Interestingly, we observed that the increase in the response of the motor system during observation of an action taking place in a negative valence/high arousal context was specific for the muscle directly involved in the observed action. Indeed, we only found a higher cortical excitability compared to baseline for APB but not for ADM muscle. It has already been shown that, during action observation, as well as during action execution, APB muscle activity is involved in precision grip (as tested here) and in whole hand grasp, whereas ADM muscle is involved in a whole hand grasp, but not in a precision grip (Cattaneo et al., 2005; Prabhu et al., 2007; Davare et al., 2009). The specific increase of the cortical excitability associated to APB muscle area here shown could appear in contrast with the physiological reaction of general activation caused by the defense cascade consisting of autonomic-driven physiological changes, such as acceleration of cardiac and respiratory rates, release of stored energy, dilation and more blood supply to muscles, mydriasis and so forth (Cannon, 1929). However, we may speculate that even if a generalized response to an emotional stimulus may occur during the observation of an action taking place in a high arousal/negative valence context, this response may be primarily modulated by the motor resonance mechanisms induced by action observation. Since it is known that motor resonance is selective for the muscles involved in the observed action (Grafton and Hamilton, 2007), it is on these specific muscles (the APB in our case) that this reaction exerts its effect, suggesting that even when mirror system activity is influenced by the valence and the arousal of an emotional context, the observed movements are processed in a strictly muscle specific fashion.
Our data well fit with the general idea that an important purpose of the MNS is to respond in real time and in a socially appropriate fashion to the actions of others, rather than just simply understand or predict other people’s action (Hamilton, 2013). Accordingly, MNS engagement has been proven to be driven by social reciprocity (Sartori et al., 2012) and social intention (Liuzza et al., 2015). Interestingly, Liuzza et al. (2015) went further by demonstrating that individual differences in personality traits modulated MNS activity. MNS activity was suppressed during immoral actions observation only in those individuals who exhibited high scores in harm avoidance, a personality trait characterized by excessive worrying and fearfulness (i.e., people more vigilant toward social cues which convey information about potential danger or harm). Potential limitations of the present study need to be mentioned. We did not explore here whether there is a correlation between the individual emotional empathy ability (that can be tested through ad hoc questionnaires) and the degree of activation of the MNS during action observation in an emotion-enriched context. It will be interesting in future studies to enroll a larger number of participants, to characterize them in terms of anxiety and depressive traits and emotional empathy abilities in order to find out whether personality traits influence the way the motor resonance is modulated by the emotion-enriched context where an action takes place. Another limitation concerns some specific features of the contexts that could influence the observers, like visual perspective and the objects being grasped. In fact, the visual perspective of the action (Maeda et al., 2002) and object weight (Alaerts et al., 2010; Tidoni et al., 2013; Valchev et al., 2015) can affect motor resonance mechanism. Nevertheless, we preferred to keep these subtle differences in order to favor the ecological appearance of the action. Finally, a potential limitation of the study is the use of between-subject design. However, we adopted a between-subjects design to avoid a carryover effect when testing changes in M1 excitability during observation of hand moving in a context or of the context only.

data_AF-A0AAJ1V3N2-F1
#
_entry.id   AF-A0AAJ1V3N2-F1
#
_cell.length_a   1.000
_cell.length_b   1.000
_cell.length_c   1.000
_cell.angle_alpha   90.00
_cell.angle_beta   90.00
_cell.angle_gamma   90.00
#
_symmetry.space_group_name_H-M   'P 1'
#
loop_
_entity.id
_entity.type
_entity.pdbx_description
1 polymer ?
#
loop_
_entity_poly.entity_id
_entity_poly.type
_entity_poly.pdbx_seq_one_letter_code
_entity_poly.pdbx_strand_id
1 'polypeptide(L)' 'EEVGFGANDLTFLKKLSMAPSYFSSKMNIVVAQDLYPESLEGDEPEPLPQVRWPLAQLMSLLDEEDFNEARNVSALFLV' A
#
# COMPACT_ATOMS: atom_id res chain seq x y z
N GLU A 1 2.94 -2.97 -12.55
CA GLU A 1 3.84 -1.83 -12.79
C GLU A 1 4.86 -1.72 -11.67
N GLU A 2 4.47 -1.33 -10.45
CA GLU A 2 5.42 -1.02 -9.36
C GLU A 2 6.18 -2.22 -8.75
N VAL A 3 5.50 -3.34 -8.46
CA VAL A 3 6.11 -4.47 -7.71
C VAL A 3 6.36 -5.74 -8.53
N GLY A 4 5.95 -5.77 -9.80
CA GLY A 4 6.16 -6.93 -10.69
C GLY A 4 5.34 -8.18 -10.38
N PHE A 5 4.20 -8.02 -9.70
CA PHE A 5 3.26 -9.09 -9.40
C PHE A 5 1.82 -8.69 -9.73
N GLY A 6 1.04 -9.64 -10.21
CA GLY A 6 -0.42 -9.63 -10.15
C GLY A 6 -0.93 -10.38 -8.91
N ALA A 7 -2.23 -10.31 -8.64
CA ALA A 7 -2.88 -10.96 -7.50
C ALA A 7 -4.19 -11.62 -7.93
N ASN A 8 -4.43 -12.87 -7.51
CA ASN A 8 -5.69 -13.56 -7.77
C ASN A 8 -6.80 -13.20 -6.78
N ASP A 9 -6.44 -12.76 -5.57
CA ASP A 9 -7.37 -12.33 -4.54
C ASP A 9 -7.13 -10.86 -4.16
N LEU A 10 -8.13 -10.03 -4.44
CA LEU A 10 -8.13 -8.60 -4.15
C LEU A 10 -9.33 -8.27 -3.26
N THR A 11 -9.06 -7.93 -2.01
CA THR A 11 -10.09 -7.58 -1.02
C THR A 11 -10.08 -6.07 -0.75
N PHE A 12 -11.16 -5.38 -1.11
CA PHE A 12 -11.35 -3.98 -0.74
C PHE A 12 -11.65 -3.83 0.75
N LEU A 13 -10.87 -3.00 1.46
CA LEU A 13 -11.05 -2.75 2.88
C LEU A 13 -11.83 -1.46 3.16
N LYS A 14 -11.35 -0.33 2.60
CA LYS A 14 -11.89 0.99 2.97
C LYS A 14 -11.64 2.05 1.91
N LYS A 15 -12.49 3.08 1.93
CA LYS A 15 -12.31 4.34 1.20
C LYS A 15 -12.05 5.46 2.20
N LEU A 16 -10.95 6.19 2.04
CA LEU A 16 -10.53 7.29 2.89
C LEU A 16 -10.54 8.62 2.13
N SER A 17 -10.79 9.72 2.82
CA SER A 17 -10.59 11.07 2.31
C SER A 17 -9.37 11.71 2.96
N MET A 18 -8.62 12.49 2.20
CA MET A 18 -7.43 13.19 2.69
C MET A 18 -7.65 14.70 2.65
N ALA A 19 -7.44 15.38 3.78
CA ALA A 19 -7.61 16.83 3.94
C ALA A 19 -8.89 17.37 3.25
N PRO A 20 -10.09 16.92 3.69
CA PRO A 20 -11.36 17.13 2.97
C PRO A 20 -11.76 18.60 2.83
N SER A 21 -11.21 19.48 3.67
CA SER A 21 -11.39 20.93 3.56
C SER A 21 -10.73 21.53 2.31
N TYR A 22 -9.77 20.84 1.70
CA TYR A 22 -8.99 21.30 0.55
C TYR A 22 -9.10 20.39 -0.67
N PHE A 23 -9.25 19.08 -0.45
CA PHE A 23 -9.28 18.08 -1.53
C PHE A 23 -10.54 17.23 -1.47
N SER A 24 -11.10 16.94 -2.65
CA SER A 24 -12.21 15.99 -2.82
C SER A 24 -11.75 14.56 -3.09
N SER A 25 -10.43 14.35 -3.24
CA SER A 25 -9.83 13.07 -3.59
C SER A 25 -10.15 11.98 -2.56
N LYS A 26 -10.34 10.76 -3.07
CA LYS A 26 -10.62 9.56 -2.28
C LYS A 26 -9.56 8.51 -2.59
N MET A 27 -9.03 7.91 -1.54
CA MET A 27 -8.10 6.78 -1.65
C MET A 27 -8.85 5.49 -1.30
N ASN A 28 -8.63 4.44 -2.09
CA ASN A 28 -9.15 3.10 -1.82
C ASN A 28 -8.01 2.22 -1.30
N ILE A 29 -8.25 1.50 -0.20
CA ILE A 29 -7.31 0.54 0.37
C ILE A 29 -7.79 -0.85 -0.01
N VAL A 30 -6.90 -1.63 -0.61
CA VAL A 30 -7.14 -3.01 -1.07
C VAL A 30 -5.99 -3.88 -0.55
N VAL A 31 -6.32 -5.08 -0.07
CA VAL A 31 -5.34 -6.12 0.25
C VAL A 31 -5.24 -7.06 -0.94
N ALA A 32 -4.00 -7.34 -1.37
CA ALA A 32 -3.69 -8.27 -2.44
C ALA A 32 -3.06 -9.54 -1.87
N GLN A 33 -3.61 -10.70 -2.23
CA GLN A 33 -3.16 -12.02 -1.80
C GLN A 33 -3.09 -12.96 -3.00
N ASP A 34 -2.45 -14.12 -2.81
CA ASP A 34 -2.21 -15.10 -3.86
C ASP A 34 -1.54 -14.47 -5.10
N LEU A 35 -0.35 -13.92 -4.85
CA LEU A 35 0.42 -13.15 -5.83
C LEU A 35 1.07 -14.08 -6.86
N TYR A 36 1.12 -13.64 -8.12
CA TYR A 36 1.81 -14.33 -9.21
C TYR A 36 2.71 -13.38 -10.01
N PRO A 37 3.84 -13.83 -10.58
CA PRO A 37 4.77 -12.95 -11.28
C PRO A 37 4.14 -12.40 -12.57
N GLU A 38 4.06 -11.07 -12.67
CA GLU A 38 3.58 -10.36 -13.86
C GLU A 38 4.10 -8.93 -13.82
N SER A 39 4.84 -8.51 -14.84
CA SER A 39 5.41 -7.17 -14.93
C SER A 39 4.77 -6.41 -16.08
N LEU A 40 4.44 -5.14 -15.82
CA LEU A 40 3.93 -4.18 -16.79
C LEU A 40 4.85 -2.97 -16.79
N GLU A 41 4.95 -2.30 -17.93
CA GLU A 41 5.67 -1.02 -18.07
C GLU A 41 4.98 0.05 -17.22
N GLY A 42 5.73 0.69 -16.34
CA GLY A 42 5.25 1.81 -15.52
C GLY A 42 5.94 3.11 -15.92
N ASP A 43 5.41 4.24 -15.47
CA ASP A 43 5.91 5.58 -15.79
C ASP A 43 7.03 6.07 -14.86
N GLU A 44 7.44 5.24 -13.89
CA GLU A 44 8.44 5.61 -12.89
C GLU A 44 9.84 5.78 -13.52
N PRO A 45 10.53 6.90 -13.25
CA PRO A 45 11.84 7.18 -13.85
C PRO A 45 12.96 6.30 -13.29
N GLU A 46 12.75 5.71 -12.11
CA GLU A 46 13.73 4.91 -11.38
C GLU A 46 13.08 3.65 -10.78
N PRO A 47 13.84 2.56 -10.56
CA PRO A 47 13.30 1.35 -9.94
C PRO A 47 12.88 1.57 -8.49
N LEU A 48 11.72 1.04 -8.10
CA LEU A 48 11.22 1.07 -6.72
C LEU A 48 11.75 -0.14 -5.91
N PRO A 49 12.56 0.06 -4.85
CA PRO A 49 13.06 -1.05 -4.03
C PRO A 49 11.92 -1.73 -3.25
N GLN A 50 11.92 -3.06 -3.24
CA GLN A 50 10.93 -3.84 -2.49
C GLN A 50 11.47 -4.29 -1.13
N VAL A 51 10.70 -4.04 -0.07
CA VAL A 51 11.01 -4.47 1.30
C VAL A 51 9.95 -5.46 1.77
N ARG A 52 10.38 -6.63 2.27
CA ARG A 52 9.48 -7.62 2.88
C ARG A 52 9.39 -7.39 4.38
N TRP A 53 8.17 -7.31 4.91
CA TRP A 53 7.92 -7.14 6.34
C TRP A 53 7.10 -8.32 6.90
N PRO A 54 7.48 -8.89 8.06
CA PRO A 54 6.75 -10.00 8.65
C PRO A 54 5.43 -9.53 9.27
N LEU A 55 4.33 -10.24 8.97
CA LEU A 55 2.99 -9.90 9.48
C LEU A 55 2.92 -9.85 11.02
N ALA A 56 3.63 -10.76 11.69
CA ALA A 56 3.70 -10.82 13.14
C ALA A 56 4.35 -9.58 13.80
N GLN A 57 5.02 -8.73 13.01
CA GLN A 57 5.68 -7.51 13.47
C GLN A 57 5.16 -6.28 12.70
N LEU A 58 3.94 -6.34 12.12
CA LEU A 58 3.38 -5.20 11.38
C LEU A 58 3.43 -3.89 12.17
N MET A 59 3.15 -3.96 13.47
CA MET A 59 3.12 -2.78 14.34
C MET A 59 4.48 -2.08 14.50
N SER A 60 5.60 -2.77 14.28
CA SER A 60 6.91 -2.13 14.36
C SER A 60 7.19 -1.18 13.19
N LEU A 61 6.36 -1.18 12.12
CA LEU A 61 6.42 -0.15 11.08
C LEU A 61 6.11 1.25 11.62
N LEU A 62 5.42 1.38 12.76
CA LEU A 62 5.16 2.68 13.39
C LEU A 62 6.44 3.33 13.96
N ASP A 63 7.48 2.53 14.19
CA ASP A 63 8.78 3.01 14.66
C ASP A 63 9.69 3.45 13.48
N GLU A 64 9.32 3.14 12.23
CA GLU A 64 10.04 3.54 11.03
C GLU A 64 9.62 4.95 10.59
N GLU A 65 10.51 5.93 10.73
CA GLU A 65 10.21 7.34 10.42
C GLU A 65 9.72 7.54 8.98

We confirmed the hypothesis that the human mirror neuron system does not simply provide an action recognition mechanism. Rather, motor resonance seems to be largely influenced by top-down components that make the neural system able for coding not only the intentions of others (Iacoboni et al., 2005), but also the emotions of others, taking into account both valence and arousal of the emotion. Interestingly, the modulation consisted in a muscle-specific increase in cortico-spinal excitability when participants observed a grasping movement inserted in a highly arousing unpleasant context. We speculated that the combination of negative valence/high arousal in the context where the movement takes place might drive an increase in motor resonance as a defensive behavior, however, strictly modulated by one of the rules of motor resonance that is muscle-specificity. Future studies are needed to confirm this hypothesis.
LA, GL, and EP: Conceived and designed the experiments. AF, GL, and AB: Performed the experiments. EP, AF, and AB: Analyzed the data. GL, LA, AB, PR, and MB: Wrote the paper. LA, MB, and EP: Interpreted the data. LA, AB, GL, and EP: Drafted the article. GL, LA, AB, MB, and PR: Critically revised the article for important intellectual content.
Conflict of Interest Statement
The authors declare that the research was conducted in the absence of any commercial or financial relationships that could be construed as a potential conflict of interest.
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Keywords: emotion, action observation, context, mirror neuron system, transcranial magnetic stimulation
Citation: Lagravinese G, Bisio A, De Ferrari AR, Pelosin E, Ruggeri P, Bove M and Avanzino L (2017) An Emotion-Enriched Context Influences the Effect of Action Observation on Cortical Excitability. Front. Hum. Neurosci. 11:504. doi: 10.3389/fnhum.2017.00504
Received: 15 May 2017; Accepted: 05 October 2017;
Published: 18 October 2017.
Edited by:Mikhail Lebedev, Duke University, United States
Reviewed by:Matthieu M. de Wit, Muhlenberg College, United States
Alessio Avenanti, Università di Bologna, Italy
Copyright © 2017 Lagravinese, Bisio, De Ferrari, Pelosin, Ruggeri, Bove and Avanzino. This is an open-access article distributed under the terms of the Creative Commons Attribution License (CC BY). The use, distribution or reproduction in other forums is permitted, provided the original author(s) or licensor are credited and that the original publication in this journal is cited, in accordance with accepted academic practice. No use, distribution or reproduction is permitted which does not comply with these terms.
*Correspondence: Laura Avanzino, firstname.lastname@example.org